Yesterday in my SAL 12-Step meeting we studied Step 1.
We discussed the pain and fear that we had each experienced as we reached the point of unmanageability in our lives. We talked about the loss we felt when we seemed to lose everything we had built our lives on. This discussion felt particularly poignant with the backdrop of Maple Mountain, on fire with orange and red trees, in the windows behind us.
Trees have always been my favorite of all God’s creations. I grew up in the midwest, and the thick deciduous forests seemed to create a protective blanket around the comings and goings of my everyday life. When I moved to Utah, I appreciated the majesty of the mountains towering around me, but I felt exposed and vulnerable without my familiar security blanket of trees.
I don’t think it’s coincidence that my deepest rock bottom took place in the fall, eighteen months after we had started working SAL recovery. This was Full Disclosure, a full two and a half years after the initial disclosure of an online affair that had shattered my world and sent me frantically searching for help anywhere I could find it. Even after years of recovery work, Full Disclosure felt like we were starting over again at Square One. Only this time, it felt even more hopeless. We had thought we had fixed this problem so many times. Was there any hope for real, long-term recovery? Would I ever feel happy again?
As I was left reeling for the next 3 months, I felt my body and soul in a tug of war inside of me. Fear was wrenching my insides out. I knew enough about recovery to know that my husband, though sober, was not really in recovery. I knew enough about the Circles Models to know that even though I had diligently been working my steps with a sponsor and attending meetings, I was still unconsciously putting him at my center. We had been, once again, building our lives on an ivory tower.
This was such a painful time in my life. I felt like I had lost everything I had worked for. I felt that my life was a failure. I felt naked and exposed. It was like all the recovery work I had done until that point had stripped me of all my defenses, my naivetes, and my fantasies, and I could see every inch of my character defects in blaring reality. I felt paralyzed to do anything, because I felt I had made so many wrong decisions and handled so many things the wrong way, that I did not trust myself at all. More than at any other time in our life together, I really had no idea what my future would hold. I felt like I had been broken in two. I knew nothing. I felt completely powerless.
This period of time, though excruciatingly painful, was one of the most sacred gifts I have ever received in my life. It was a time where everything else in my life seemed to pause. Nothing mattered but finding God. This was a different kind of crisis. There wasn’t the mad rush of flying dishes, desperate sex, and panic attacks. In this rock bottom, there was a deep calm, a stillness. This was the rock bottom that led me to the letting go, the surrender, that really transformed my life.
I remember walking down the street at this time and noticing the trees on the sidewalk. Every so often, a leaf would just let go, drift off, and flutter to the ground. No breeze, no fanfare, no desperate clinging or crying. No fuss at all. Just a very calm and peaceful release.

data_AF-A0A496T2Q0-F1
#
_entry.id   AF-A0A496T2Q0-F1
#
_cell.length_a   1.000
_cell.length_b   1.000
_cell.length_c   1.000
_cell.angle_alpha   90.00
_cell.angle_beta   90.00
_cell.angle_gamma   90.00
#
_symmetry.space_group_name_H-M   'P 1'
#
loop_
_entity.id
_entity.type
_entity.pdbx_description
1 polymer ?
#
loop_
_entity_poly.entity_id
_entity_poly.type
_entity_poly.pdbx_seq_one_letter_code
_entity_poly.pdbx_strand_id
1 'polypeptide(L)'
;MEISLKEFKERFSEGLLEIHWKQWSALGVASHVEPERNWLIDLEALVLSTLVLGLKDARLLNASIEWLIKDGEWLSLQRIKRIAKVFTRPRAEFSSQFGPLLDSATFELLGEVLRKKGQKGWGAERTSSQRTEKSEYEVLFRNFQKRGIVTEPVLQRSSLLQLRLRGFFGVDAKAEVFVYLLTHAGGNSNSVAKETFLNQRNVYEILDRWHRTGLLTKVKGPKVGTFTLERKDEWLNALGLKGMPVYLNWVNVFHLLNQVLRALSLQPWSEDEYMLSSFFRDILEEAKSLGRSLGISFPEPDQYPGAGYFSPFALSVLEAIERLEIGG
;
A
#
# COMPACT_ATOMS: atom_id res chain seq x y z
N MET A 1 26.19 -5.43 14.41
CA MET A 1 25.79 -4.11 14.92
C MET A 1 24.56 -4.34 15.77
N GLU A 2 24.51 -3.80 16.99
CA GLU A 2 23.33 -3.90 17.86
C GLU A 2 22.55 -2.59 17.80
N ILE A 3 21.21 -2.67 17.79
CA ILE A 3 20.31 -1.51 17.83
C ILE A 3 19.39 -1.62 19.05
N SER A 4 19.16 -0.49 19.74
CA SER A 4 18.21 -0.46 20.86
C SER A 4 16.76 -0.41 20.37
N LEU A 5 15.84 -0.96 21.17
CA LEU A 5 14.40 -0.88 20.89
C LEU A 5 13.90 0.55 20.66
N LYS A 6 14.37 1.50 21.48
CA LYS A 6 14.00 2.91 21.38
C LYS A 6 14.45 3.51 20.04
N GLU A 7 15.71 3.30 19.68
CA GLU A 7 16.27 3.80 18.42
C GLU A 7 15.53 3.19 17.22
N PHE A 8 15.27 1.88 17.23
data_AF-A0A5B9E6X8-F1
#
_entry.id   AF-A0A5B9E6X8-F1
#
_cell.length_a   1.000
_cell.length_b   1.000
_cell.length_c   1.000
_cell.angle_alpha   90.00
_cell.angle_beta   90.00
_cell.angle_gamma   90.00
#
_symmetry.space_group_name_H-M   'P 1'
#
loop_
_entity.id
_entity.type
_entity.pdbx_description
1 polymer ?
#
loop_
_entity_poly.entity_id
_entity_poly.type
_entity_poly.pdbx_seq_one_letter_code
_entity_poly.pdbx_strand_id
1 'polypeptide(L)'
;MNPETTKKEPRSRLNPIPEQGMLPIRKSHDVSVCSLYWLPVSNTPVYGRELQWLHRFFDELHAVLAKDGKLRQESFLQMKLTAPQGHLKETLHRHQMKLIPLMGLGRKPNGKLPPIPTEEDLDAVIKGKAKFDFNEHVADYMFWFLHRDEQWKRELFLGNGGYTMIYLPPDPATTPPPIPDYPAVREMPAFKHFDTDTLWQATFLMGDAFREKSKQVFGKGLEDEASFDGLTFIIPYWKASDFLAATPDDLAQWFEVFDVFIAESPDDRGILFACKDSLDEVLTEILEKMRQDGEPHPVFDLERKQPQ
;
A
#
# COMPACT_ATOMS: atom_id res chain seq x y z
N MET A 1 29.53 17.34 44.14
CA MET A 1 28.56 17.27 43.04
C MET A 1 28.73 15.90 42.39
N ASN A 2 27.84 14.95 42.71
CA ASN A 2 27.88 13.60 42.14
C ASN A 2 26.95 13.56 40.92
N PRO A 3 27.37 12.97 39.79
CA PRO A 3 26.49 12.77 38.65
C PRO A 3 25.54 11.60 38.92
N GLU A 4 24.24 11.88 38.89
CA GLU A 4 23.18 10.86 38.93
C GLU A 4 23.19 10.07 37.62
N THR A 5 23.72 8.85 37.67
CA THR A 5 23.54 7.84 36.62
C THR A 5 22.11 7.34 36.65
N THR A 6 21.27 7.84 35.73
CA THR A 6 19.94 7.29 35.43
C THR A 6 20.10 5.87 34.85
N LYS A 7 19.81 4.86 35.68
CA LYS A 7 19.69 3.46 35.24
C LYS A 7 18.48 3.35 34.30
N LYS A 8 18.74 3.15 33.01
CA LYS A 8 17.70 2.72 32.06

It seemed to me that there was a deep humility in such a gesture. Such a deep and abiding trust, that this tree could let go and lose its beautiful dressing. That it could abide the time that no one would admire it or think it was impressive or beautiful. That it would allow itself to be naked and ugly for all the world to see. Every time a leaf fell, I felt more love for that tree. That tree had more courage than I. That tree had more trust than I.
What would my life look like, if I could, with so much dignity and grace, just choose to let go, one leaf at a time, and allow myself to go through this stage of dormancy and rest and reflection and inner growth, so that I might bloom again? What would my spring look like if I could allow such a winter to occur? Without worrying what others would think? Without kicking and screaming? But with trust, and faith, and serenity?
This morning, three years later, I sat with my four year old and we counted the leaves that floated down from the tree in our backyard. That same peace settled over me. That same surrender.
Some trees seem to lose their leaves all at one time, in a big gust of wind or a hailstorm. They go almost overnight from being fully clothed and protected to naked overnight. Other trees seem to patiently drop their leaves, one here, one there, seemingly for almost no reason at all, another leaf will drop. It might take all season long for the process to take place, slow and steady. Some trees seem to stubbornly hang on until the dead of winter, with brown brittle leaves iced over in the wind and snow. Just couldn’t quite let go. Yet.
And yet, come spring, each and every one of those trees becomes new. Is covered with a fresh layer of beautiful leaves that not only provide beauty and shade to the world around them, but also produce the very air we breathe. They provide life itself.
No matter what kind of tree we are, there is a spring ahead of us. No matter where we are at in our journey toward surrender, there is time for us. No matter how dead and ugly and naked we may feel as we stand exposed to the world, and exposed to ourselves, there is hope for us. If we allow it, this very surrender can become the expression of Life itself.
Keep Working It. It Hurts. But It Works.
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